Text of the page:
|A comment on an Amazon forum, by a person claiming to be a fan of the author who in fact appears to be the author herself.|
|My Facebook comment which got me banned from the author's page and accused of bullying. I'm in good company; a few other people suffered the same fate. There's a typo: 'dropping' should be 'drooping'.|
|The author, errrr, I mean her number one fan, on Amazon again.|
|From the author's website.|
EDIT: Thanks to Andrew Spencer in the comments of this post and Susan Higginbotham on Facebook for providing information that is the final nail in the coffin of the 'Simon de Montfort fathered Edward I' theory: the theory hinges on Eleanor of Provence being at Simon's castle of Kenilworth in September 1238, but the castle wasn't granted to Simon until 1244, as an entry on the Patent Roll proves: Calendar of Patent Rolls 1232-1247, p. 419, dated 13 February 1244: "The like [appointment during pleasure] of S[imon]. earl of Leicester to the custody of the castle of Kenilleworth, with like mandate to the tenants of the castellany. And G. de Segrave, who had the custody of the said castle, has letters patent testifying that he surrendered the castle to the king at Wudestok on Saturday before Ash Wednesday." Kenilworth was a royal castle when Henry III and perhaps Queen Eleanor stayed there in the early autumn of 1238, and thus there was no reason for Simon de Montfort to have been there, even if he had been in England at the time.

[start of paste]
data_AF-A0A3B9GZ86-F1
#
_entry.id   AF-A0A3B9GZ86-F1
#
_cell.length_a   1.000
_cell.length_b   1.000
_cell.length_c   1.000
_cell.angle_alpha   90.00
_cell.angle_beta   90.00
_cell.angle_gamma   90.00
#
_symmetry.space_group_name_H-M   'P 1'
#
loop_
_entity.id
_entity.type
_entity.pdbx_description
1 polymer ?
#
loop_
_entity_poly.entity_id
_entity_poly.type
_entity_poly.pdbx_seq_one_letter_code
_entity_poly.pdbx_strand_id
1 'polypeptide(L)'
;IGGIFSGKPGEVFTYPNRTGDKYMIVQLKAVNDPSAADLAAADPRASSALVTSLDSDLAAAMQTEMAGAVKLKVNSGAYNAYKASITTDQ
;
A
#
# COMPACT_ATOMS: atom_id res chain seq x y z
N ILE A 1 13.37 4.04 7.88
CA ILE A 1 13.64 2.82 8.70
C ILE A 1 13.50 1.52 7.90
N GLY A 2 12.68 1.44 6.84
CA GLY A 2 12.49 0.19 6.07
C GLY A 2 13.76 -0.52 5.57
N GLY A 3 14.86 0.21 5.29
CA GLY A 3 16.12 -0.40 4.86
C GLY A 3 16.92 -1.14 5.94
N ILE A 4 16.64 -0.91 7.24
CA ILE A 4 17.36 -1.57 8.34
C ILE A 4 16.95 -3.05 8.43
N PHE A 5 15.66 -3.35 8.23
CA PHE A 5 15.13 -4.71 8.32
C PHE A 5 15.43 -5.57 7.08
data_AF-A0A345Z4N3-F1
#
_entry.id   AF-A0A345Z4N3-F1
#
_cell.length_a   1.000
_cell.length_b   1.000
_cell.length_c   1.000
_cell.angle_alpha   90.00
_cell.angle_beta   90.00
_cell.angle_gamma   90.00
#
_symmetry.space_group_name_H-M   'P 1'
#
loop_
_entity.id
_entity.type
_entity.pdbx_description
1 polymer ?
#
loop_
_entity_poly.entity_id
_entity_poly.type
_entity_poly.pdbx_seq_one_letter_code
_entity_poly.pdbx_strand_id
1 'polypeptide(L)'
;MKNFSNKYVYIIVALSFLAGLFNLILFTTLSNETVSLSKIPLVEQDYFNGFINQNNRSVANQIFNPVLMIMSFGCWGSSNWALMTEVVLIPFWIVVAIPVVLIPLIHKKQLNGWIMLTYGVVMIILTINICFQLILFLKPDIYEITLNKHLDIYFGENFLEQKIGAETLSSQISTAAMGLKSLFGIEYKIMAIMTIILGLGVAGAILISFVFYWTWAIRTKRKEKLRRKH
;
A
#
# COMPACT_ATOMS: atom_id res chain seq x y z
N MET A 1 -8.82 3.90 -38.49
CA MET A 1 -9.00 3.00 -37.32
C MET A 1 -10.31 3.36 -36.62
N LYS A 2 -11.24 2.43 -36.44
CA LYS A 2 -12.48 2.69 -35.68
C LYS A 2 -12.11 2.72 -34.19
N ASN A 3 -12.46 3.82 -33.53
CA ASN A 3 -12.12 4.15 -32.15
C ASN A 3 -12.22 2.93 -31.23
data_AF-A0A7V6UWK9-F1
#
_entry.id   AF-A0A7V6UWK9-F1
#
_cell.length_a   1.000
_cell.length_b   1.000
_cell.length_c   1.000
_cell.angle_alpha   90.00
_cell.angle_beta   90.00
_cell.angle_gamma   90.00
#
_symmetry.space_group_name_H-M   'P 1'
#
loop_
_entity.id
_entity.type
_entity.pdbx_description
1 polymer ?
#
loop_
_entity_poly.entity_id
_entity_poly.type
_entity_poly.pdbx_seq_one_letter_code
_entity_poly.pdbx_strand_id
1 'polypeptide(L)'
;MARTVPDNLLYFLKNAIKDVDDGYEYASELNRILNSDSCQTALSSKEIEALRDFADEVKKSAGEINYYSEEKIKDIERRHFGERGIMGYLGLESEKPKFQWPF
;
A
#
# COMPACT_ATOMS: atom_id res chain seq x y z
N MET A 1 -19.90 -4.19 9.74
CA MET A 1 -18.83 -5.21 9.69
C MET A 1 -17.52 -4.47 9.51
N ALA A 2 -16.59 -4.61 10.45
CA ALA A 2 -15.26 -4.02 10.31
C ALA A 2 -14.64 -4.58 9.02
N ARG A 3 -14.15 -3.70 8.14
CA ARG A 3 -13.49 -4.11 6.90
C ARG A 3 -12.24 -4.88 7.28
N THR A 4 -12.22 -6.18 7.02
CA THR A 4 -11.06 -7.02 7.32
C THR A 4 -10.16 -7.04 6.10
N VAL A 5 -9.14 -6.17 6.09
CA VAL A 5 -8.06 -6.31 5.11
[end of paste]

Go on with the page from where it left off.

EDIT: Thanks to Kathleen for kindly providing a reading list of proper histories in the comments:
Margaret Howell, Eleanor of Provence: Queenship in Thirteenth-Century England (Oxford: Blackwell, 1998).
J. R. Maddicott, Simon de Montfort (Cambridge: Cambridge University Press, 1994).
Louise J. Wilkinson, Eleanor de Montfort: A Rebel Countess in Medieval England (London: Continuum, 2012)
I'd also add David Carpenter, The Reign of Henry III (London: The Hambledon Press, 1996), which incidentally, clearly states on p. 226 that "Simon had received Kenilworth from the king in 1244..."
I have the first two, and they're excellent.
|The author in another of her incarnations on Amazon.|
|EDIT: A comment I left today, 14 July, on a blog where the author expands on her theory of Edward I's paternity and once again claims that it was a 'hanging crime' to speak of de Montfort. At the time of writing, the comment has not been approved.|